Early the next morning we drove the 30 or so miles to Williams where we went to the station of the Grand Canyon Railway. There we picked up our tickets (ordered well in advance) for the 10:00 trip to the Grand Canyon. The train consisted of a steam locomotive (I don't care enough about steam to have noticed what kind), and three Harriman coaches that I probably commuted in when I lived in the Bay Area. The coaches had been refurbished quite nicely and the whole operation was quite professional. This train, too, left right on time with 250 or so passengers, and headed through some interesting scenery. During the trip, car attendants (two per car) gave us bottles of Coke (in 6.5 oz bottles!) and cheese and cracker snacks. For part of the trip we were serenaded by a "cowboy" with a guitar. (Even though I am indifferent to steam, I would have preferred to hear the steam locomotive!) Arrival at the Grand Canyon, was about 2.5 hours later, and a quick walk up some stairs brought us to the El Tovar Hotel (where we had lunch overlooking the Canyon) and the south rim of the Canyon itself. If you've never been there, go. The Grand Canyon is indescribable. Four hours later we boarded for the return trip, and about 7pm pulled into the Williams station. Of course, this was more new mileage for me.

Part of our route including the Grand Canyon Railway
Then it was back to Flagstaff, a quick shower, and a MacDonald's salad, before getting on the Southwest Chief for the trip to LA. The car attendant made up our rooms while we had a drink in the lounge, and by the time he came to get us, we were ready to go to sleep. After a rough night (the only night I had trouble sleeping) I awoke just before we pulled into the Pasadena station (the train still took the old route then. Now much of the right of way from LA to Pasadena and beyond is the MetroLink gold line), and was ready to get off by the time we reached LAUPT. After breakfast at the station (alas, we did not know about Philippes at that point), and a quick walk around part of downtown LA, we boarded the Coast Starlight for the trip to Seattle. We were to be met by a friend who works for the SP at San Jose, so he could have dinner with us to Oakland where he would get off. Unfortunately he didn't show up so we dined alone. The Starlight also provided me with new mileage including the East Valley line from Roseville to Tehama, and Vancouver to Seattle. We were two hours late into Seattle, because of slow running up the coast and a medical emergency. Just south of Tacoma someone fell down the stairs in the lounge car and knocked himself out. An ambulance was summoned and he was removed from the train. We have no idea what happened to him.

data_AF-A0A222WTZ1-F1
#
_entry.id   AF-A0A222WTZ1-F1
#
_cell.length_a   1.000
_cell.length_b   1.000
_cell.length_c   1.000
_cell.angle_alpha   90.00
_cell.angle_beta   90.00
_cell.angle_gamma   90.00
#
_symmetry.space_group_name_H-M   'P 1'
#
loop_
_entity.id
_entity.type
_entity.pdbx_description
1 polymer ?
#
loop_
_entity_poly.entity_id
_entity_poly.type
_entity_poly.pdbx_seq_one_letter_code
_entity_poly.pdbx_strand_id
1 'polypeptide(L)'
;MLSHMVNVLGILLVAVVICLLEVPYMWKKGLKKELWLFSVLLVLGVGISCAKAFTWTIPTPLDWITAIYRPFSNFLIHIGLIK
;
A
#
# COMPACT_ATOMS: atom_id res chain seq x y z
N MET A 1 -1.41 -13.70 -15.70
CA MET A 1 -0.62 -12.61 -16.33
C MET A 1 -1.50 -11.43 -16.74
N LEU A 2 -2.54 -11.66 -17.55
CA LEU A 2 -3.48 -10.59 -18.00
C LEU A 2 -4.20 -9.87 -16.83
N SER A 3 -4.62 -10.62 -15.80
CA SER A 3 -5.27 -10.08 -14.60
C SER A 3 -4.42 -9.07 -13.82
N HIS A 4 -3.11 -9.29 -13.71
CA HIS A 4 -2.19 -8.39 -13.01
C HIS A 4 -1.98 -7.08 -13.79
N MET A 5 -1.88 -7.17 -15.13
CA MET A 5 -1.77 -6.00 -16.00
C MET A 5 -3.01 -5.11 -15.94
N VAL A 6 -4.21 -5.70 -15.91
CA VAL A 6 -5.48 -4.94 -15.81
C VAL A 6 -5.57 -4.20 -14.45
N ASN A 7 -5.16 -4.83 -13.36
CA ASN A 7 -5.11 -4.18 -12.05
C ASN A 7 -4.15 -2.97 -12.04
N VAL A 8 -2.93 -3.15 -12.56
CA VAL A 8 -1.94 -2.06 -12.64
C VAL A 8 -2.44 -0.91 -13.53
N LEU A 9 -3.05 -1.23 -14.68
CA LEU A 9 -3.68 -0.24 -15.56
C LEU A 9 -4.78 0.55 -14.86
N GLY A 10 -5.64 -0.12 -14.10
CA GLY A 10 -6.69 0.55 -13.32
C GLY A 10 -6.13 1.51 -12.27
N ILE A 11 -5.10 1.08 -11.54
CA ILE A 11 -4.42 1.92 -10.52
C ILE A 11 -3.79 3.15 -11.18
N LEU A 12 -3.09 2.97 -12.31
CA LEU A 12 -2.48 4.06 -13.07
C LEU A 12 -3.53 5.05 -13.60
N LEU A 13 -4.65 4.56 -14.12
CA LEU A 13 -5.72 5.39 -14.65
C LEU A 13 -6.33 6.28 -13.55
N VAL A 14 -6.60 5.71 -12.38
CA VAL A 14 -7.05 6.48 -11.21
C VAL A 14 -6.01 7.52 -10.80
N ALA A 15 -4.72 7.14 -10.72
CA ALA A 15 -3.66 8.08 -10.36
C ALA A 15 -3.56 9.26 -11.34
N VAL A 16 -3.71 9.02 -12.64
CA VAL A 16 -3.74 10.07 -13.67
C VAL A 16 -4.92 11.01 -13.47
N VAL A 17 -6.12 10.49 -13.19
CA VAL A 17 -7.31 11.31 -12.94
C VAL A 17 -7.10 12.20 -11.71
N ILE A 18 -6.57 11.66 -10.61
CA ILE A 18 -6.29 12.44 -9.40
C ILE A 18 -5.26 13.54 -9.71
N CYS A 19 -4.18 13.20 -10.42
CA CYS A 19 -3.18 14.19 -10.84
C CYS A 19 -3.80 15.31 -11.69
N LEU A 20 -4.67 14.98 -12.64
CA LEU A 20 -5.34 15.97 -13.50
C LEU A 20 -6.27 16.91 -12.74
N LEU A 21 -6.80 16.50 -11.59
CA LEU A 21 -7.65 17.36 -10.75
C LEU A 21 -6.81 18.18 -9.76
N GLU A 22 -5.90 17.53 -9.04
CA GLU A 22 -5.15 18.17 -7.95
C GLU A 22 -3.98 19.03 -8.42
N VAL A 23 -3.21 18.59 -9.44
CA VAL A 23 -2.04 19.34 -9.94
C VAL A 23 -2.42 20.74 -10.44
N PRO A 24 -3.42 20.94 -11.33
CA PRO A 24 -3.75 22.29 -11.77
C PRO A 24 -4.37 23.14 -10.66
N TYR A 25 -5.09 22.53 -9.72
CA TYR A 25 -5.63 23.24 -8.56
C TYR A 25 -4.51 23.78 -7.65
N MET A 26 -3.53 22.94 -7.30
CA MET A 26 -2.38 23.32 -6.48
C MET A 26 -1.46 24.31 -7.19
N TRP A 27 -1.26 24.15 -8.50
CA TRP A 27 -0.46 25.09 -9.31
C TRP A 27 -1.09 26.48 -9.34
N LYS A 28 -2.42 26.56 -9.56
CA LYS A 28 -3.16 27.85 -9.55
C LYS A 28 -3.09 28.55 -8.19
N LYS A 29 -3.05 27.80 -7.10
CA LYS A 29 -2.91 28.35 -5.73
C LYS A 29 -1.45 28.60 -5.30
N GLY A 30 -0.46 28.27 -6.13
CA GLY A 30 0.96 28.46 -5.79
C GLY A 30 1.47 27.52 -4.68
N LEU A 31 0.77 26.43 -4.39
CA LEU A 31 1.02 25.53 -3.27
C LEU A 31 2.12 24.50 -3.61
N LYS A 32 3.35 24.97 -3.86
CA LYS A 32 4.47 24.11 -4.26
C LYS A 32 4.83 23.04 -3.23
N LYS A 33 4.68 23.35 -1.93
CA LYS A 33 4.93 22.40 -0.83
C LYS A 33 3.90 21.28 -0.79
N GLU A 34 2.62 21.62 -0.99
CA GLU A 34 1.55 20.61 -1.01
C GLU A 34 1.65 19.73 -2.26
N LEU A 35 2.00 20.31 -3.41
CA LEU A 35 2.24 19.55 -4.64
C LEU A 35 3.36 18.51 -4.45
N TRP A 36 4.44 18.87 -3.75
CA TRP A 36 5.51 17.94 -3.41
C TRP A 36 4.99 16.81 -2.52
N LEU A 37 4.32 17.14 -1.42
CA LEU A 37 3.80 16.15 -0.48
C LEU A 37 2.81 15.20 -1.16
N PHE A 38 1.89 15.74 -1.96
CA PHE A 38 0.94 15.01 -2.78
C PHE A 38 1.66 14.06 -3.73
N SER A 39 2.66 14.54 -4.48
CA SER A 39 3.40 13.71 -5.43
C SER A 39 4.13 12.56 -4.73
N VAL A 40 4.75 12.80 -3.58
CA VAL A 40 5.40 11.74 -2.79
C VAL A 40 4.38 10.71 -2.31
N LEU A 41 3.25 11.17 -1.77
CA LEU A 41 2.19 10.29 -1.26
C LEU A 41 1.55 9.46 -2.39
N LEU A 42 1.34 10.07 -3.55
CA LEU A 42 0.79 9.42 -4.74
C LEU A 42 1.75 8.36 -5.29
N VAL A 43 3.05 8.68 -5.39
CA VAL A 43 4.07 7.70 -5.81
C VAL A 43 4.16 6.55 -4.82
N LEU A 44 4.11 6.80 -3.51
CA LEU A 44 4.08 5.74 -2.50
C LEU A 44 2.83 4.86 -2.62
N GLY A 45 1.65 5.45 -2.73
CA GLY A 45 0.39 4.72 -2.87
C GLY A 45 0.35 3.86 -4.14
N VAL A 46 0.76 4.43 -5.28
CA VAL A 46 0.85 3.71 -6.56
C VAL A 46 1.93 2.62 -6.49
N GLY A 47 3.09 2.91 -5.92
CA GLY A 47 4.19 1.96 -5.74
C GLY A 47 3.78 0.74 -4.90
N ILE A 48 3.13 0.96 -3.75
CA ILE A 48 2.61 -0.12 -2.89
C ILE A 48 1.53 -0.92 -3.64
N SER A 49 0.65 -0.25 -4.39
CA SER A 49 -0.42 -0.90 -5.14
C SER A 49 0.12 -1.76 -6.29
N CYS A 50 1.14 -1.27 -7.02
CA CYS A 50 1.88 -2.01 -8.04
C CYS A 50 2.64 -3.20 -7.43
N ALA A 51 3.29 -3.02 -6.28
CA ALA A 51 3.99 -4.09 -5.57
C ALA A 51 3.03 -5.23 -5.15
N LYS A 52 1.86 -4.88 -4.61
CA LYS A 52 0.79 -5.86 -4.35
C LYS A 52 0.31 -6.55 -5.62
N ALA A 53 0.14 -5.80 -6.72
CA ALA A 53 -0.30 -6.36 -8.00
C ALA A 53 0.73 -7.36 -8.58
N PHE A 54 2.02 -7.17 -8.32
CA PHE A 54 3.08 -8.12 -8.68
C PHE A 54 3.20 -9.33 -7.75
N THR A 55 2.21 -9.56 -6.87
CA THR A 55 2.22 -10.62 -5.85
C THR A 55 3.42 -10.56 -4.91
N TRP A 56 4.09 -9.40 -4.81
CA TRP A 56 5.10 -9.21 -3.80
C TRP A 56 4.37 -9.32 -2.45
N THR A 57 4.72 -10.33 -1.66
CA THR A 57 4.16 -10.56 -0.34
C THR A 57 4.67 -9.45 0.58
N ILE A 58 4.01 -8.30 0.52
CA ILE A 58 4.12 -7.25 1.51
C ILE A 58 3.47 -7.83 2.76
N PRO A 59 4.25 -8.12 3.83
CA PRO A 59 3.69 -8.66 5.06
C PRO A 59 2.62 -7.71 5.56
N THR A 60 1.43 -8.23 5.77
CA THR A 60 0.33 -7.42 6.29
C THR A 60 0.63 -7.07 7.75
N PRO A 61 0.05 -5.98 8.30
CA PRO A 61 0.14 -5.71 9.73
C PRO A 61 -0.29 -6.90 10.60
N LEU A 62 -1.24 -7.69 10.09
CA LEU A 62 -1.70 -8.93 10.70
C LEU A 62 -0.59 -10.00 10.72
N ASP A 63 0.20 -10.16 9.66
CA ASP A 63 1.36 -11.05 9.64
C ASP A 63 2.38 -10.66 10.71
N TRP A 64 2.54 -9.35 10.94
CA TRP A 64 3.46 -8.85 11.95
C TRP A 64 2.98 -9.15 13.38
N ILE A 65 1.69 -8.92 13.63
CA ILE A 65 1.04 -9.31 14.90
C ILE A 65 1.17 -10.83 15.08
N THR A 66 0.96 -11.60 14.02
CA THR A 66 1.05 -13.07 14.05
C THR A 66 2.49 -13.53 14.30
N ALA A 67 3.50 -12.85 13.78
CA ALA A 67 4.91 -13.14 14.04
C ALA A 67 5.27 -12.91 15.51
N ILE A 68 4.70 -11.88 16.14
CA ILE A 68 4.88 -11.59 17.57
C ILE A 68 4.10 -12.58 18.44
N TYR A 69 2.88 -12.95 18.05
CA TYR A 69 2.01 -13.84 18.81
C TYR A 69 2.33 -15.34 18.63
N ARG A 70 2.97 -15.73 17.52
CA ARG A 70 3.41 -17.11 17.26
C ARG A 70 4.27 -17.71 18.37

In Seattle we checked into another motel and had a short night's sleep. The Pioneer left at 6am. This is a short little train to Salt Lake where it joins the California Zephyr and the Desert Wind to become a huge train. The train out of Seattle consisted of a diner, two coaches and a sleeper (all Superliner of course). The trip to Salt Lake was a wonderful trip, complete with new mileage for me (Portland to Salt Lake), and great scenery. It was only marred by an idiotic UP dispatcher who (according to our crew) deliberately repeatedly stabbed us for freights. In spite of being almost an hour late by the time I went to bed, we were nearly on time into Ogden, only to be put behind a coal train making us an hour late into Salt Lake.